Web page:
I watched the The American Experience on Tesla this weekend. It was fairly well done. But the issue of why AC was superior at that time to DC was not well done. The documentary shows a circuit flow animation and infers that AC has less loss than DC. It is not entirely accurate. For a given current (and that comparison is interesting – RMS vs. DC) AC actually has more loss due to hysteresis/eddy currents and skin effect. But, at the time, technology was limited for DC transmission. The base reason was that current could be reduced. The basic equation is that losses come from P_loss = I^2*R (Power loss = current squared x resistance of the wires). Therefore, if you can reduce the current for the same power consumed, you can reduce the power lost. Since power is current time voltage (P=IV) generally, if you increase the voltage, you can reduce the power lost. So, at that time, AC power could be generated and transmitted along high voltage lines and then brought down to a safe voltage for use in homes and businesses through transformers. The only real way to do that with DC at the time would be motor-generator sets that converted the voltage. Those were more costly than transformers which have no moving parts. Just as important as Tesla’s AC power generation and his three-phase motors and generators was the invention of the transformer by William Stanley. Without that, there would have been no AC power distribution by Westinghouse.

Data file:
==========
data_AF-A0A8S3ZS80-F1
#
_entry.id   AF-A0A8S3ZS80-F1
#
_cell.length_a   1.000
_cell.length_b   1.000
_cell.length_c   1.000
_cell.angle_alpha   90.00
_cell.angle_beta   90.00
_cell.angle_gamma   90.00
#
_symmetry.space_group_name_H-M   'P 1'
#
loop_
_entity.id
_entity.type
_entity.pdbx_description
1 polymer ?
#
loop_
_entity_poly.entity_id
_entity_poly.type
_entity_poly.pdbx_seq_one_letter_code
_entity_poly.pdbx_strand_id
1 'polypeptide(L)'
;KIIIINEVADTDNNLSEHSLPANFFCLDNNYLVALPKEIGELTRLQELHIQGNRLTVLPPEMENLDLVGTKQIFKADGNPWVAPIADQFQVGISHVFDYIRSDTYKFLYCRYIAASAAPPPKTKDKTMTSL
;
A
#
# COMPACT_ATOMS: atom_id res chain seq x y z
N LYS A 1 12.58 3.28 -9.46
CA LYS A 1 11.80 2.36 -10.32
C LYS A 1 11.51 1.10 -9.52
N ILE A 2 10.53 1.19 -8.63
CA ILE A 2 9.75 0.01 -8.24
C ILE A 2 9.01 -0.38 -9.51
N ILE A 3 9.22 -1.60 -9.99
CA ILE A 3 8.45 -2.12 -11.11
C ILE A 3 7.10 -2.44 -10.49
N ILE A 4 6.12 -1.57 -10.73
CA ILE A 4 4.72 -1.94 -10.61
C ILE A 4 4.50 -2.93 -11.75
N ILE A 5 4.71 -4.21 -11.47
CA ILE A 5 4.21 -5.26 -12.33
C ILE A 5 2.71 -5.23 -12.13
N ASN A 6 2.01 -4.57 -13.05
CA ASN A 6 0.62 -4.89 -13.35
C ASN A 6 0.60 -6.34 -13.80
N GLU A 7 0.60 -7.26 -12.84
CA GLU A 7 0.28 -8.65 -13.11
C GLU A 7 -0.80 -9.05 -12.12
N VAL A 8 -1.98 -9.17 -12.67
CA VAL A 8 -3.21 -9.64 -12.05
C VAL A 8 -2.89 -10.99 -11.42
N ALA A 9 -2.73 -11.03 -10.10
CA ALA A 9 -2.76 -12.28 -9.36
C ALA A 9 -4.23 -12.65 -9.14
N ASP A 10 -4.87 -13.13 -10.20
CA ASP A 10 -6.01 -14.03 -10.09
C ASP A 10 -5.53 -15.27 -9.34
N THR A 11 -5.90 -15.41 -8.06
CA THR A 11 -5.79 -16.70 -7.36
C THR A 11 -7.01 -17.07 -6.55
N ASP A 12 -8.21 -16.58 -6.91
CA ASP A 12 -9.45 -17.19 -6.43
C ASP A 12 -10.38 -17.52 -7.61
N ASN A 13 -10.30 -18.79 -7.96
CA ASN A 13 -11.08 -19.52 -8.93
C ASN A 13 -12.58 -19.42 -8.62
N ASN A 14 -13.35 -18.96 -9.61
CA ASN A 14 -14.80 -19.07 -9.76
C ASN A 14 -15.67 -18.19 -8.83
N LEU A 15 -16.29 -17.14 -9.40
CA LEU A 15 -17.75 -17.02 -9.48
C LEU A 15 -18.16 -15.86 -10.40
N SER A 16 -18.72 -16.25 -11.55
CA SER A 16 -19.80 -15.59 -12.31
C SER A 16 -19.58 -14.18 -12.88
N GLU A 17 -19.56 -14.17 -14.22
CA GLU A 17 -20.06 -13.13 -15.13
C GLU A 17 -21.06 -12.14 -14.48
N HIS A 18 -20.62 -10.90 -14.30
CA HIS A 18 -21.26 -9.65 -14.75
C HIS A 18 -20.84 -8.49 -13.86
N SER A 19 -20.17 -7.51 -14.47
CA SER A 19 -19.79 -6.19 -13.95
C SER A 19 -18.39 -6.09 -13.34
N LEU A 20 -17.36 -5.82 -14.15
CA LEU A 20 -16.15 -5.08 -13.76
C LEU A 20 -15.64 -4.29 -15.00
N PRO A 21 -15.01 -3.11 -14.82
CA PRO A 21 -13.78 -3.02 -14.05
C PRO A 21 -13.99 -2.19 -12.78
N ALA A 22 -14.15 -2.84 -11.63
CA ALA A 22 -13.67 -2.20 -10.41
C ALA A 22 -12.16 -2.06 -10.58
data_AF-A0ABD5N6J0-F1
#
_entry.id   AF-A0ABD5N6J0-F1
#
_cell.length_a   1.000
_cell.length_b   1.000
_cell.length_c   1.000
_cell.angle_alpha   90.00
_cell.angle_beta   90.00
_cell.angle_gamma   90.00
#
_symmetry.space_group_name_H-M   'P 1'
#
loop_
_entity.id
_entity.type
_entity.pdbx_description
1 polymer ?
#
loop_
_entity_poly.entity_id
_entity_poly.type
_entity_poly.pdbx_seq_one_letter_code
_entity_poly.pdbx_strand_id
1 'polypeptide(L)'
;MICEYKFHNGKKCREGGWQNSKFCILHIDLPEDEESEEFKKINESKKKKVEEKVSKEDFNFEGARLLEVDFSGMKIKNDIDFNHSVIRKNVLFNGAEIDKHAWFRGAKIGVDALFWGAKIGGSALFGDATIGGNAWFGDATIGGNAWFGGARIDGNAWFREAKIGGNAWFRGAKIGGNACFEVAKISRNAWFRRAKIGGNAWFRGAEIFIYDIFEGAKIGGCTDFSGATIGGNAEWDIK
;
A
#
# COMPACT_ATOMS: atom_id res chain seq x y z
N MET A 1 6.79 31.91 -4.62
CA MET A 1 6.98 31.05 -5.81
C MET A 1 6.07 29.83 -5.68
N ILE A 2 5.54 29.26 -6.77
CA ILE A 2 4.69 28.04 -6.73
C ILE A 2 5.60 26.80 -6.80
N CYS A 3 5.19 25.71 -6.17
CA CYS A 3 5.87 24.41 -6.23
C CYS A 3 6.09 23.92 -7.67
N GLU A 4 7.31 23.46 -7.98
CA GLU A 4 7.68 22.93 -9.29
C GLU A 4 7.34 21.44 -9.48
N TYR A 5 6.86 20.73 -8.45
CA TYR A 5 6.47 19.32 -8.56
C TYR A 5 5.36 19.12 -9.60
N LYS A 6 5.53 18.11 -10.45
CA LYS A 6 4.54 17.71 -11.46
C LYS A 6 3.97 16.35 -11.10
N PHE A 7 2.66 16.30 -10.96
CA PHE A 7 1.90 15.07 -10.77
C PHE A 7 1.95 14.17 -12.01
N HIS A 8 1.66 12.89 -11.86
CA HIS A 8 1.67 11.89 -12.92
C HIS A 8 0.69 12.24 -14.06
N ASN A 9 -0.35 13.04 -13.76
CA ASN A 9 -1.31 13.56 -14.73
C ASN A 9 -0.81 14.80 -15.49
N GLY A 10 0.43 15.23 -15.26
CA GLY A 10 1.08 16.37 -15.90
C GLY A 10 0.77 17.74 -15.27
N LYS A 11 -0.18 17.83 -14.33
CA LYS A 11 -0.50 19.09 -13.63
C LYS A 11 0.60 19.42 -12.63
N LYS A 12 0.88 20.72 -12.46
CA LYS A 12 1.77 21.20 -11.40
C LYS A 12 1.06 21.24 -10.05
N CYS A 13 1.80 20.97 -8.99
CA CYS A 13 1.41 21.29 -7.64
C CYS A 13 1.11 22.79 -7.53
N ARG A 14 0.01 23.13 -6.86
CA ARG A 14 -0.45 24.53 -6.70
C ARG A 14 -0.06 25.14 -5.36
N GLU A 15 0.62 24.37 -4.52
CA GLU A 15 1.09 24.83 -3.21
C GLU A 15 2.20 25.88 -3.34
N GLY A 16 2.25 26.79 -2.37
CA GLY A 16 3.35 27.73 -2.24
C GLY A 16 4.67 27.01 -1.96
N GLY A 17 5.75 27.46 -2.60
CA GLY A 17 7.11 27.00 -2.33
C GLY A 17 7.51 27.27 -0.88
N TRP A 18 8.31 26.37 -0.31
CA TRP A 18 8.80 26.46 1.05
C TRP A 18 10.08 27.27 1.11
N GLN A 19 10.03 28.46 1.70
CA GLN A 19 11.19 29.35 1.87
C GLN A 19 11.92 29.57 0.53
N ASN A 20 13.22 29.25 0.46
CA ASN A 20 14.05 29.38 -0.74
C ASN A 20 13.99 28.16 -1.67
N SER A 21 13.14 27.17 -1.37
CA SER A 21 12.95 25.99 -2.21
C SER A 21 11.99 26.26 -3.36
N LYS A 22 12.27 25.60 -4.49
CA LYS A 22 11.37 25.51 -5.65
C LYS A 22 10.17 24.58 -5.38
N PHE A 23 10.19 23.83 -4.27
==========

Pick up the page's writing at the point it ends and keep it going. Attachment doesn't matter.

Today, though, with the advent of high-voltage semiconductor technologies, DC transmission is again realizable. There are already systems in place that use HVDC that are more efficient and cost effective. You can see some at this Wikipedia HVDC article. Of course Wikipedia should not be your sole source of information for anything but it is a start if you are interested in reading more.
My interests are more in Wireless Power Transfer and Energy Harvesting. This is related to the charging stations you see at Starbucks today, RFIDs you use to open your door at work just by touching your id to a sensor and loosely related to the new buzz word of Near Field Communication (NFC).
Another older article from me on Tesla.
Ronald Kollman – RF Hardware Designer and President of Haynes-Bent, Inc.
Haynes-Bent, Inc. – Radiofrequency (RF) hardware design, EMC/EMI analysis and 3D Electromagnetic simulation. We also provide Technology advise for investors and executives and software services from embedded to network servers.
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